Hays residents of all ages rally to help ill toddler
By DIANE GASPER-O'BRIEN
It seemed as normal a routine as any for a parent of an 18-month-old as Frank Medina lifted his daughter, Olivia, into her high chair one day last week.
Then it was Trey's turn, then Chloe's.
One, two, three. Now, this seemed normal for the Hays man, a father of young triplets who were ready to eat lunch.
But it was far from it. "Normal" took a severe curve for the family Aug. 29, when Medina and his wife, Renee, learned Chloe had acute myeloid leukemia.
Now, Frank and Chloe spend 28-day stretches at Children's Hospital Colorado in Aurora, where Chloe undergoes chemotherapy treatments.
Meanwhile, Renee stays home to care for Chloe's siblings -- the pair that shares her same birthday of March 29, 2012, and her older sister, 9-year-old Michaela. On weekends, Mom drives Michaela in the family van for the five-hour drive to Colorado.
Dad and Chloe get to come home for about a week at a time every 28 days, and during their time in Colorado, they keep in touch with the family by FaceTime on their cell phones and Skype on the computer.
The Medinas know this is their new normal for the next several months. Chloe's present treatment schedule will be monitored with bone marrow biopsies, and there is a possibility she will need a bone marrow transplant.
"They can't tell us if this (treatment) is going to work until it's done," Frank said.
While dealing with a critically ill child can be draining on families -- physically, mentally, emotionally and financially -- people back home are letting the Medinas know they are not alone in their fight.
Frank has been a custodian at Hays Middle School for the past year and a half, and before that, he worked a similar job at Hays High School.
Staff and students at those two schools got together last month to help one of their own.
Jessica Dale, student council sponsor at the middle school, gave the Medinas a big surprise -- a pleasant one this time -- informing the family last week the schools had raised more than $8,000 for travel and other incidental expenses.
"Each year, we try to do some type of community service," Dale said. "This is a Hays girl; if it hits home to these kids, it means more."
Jeanie Michaelis, business teacher at Hays High, headed up the fundraiser in her building with her leadership class and was "blown away" by the response.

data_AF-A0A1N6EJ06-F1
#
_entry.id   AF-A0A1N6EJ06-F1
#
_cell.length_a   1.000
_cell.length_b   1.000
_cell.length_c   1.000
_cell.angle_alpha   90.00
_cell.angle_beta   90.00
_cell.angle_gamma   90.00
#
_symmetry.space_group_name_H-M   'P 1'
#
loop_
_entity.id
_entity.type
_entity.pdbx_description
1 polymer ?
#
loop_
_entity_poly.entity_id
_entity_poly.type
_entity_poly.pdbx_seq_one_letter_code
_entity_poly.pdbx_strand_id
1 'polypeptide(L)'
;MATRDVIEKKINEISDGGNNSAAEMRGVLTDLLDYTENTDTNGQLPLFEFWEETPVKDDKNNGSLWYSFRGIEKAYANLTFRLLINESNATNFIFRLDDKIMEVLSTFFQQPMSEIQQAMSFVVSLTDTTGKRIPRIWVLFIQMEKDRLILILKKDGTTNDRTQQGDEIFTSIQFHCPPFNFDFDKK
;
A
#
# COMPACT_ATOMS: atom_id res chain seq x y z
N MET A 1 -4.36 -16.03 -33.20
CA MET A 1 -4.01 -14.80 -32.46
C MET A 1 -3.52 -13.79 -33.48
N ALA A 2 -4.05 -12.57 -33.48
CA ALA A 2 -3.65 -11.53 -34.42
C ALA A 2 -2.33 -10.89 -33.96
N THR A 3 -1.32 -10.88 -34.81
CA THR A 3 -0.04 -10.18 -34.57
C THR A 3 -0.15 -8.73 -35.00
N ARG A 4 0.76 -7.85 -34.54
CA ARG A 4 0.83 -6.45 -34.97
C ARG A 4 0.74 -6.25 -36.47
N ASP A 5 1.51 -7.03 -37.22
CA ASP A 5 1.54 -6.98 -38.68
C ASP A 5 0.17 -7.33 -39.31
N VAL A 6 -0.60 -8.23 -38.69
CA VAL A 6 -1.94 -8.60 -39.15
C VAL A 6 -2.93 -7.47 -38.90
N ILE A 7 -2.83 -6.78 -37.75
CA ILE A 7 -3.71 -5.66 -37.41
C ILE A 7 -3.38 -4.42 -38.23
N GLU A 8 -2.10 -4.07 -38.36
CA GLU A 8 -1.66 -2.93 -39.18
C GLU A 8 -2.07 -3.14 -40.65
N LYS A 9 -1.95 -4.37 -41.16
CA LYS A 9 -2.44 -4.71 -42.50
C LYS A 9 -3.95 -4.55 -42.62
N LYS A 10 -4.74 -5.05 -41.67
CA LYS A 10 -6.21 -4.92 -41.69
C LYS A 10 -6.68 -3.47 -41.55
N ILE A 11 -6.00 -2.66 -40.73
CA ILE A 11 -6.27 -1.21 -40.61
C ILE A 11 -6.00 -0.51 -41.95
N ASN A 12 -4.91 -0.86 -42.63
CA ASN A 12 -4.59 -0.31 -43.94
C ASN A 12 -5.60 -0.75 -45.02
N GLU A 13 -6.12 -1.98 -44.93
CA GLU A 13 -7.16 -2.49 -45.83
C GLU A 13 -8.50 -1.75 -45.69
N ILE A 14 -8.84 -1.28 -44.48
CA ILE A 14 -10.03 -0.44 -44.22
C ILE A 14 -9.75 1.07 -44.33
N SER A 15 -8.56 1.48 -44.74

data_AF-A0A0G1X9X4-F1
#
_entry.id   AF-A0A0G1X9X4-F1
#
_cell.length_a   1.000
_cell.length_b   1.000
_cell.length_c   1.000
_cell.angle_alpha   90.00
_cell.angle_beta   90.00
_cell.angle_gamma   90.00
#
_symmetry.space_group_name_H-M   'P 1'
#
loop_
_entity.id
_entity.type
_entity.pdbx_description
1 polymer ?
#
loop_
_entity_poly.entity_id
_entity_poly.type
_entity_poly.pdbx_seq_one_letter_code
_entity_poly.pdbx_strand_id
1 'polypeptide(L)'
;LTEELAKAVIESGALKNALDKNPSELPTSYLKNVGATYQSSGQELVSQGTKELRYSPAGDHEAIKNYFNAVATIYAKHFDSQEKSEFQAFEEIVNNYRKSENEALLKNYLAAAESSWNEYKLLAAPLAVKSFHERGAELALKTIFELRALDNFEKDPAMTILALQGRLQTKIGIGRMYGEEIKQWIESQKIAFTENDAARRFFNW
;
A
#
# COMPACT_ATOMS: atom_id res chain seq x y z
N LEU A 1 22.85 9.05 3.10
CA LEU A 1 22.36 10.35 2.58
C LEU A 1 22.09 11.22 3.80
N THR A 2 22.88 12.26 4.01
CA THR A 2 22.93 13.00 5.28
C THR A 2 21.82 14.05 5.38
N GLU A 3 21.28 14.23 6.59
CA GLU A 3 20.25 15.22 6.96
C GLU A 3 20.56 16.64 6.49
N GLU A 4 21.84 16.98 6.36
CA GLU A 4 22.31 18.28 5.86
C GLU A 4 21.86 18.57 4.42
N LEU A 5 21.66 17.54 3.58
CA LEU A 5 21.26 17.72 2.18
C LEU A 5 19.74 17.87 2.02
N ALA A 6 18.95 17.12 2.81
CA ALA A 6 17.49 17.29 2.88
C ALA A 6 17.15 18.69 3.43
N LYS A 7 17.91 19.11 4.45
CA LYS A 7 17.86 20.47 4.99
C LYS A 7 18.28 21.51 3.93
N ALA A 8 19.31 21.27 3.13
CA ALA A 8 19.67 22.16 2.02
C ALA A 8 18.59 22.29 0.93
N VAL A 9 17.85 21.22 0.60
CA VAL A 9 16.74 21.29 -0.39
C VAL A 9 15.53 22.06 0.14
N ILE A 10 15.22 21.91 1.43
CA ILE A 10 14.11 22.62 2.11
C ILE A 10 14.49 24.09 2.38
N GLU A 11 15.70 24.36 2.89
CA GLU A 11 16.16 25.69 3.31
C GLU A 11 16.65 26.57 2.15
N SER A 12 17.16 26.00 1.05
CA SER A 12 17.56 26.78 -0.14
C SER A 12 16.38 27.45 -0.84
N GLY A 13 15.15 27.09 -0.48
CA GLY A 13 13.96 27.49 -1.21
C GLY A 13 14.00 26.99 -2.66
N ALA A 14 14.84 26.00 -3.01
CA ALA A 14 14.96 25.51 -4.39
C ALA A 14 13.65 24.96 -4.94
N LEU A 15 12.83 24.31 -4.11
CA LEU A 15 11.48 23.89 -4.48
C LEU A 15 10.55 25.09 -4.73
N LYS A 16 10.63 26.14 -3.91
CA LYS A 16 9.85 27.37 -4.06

Each teacher put a cup on the desk in his or her classroom, and "we were going to pick them up once a week or every three days," Michealis said.
Michaelis soon realized the money would need to be collected daily. HHS raised $1,000 in a three-day span and accounted for $4,000 of the total amount.
"I couldn't believe the caring spirit," Michaelis said. "Some people didn't even know who (the Medinas) were, but contributed anyway. They just saw there was a family in need."
Renee's employer, Amphenol/Adronics in Hays, has chipped in as well with internal fundraisers for the family.
A friend of Renee's, Jessamyn Garrison, has sponsored a bake sale and is in charge of selling orange "Courage for Chloe" bracelets and spearheading a Dec. 13 benefit concert at the Golden Q in Hays. Bracelets can be purcahsed by emailing Garrison at email@example.com. T-shirts also can be purchased through Nov. 24 at www.booster.com/courageforchloe.
A fund has been set up at the Sunflower Bank in Hays, where people can contribute to the "Chloe Medina Medical Fund."
The $8,000-plus raised at HMS and HHS, coupled with nearly $750 collected at a benefit night at Freddy's Frozen Custard, brought the total to almost $8,700.
That really will help once Frank's sick leave and vacation run out. When that happens, he plans to work at least two weeks a month and trade off time at the hospital with his wife.
Starting Friday, Michaela won't be able to accompany her mom to the hospital, which because of flu season allows only those 12 years and older to visit for the next few months.
The funds raised will give Renee the chance to fly, rather than drive, to Denver, giving her more time with Chloe.
Chloe's grandparents on both sides of the family are able to help. Renee's parents, Robert and Lois Dreher, live in Hays, and Frank's mom, Maria Medina, lives in Weskan.
Still, there is a lot of juggling with schedules, and "there are a lot of ups and downs," Renee admitted.
Knowing there are so many people helping in any way they can back home lightens their load a little, she said.
"So many people showing support," Renee said, "it means a lot."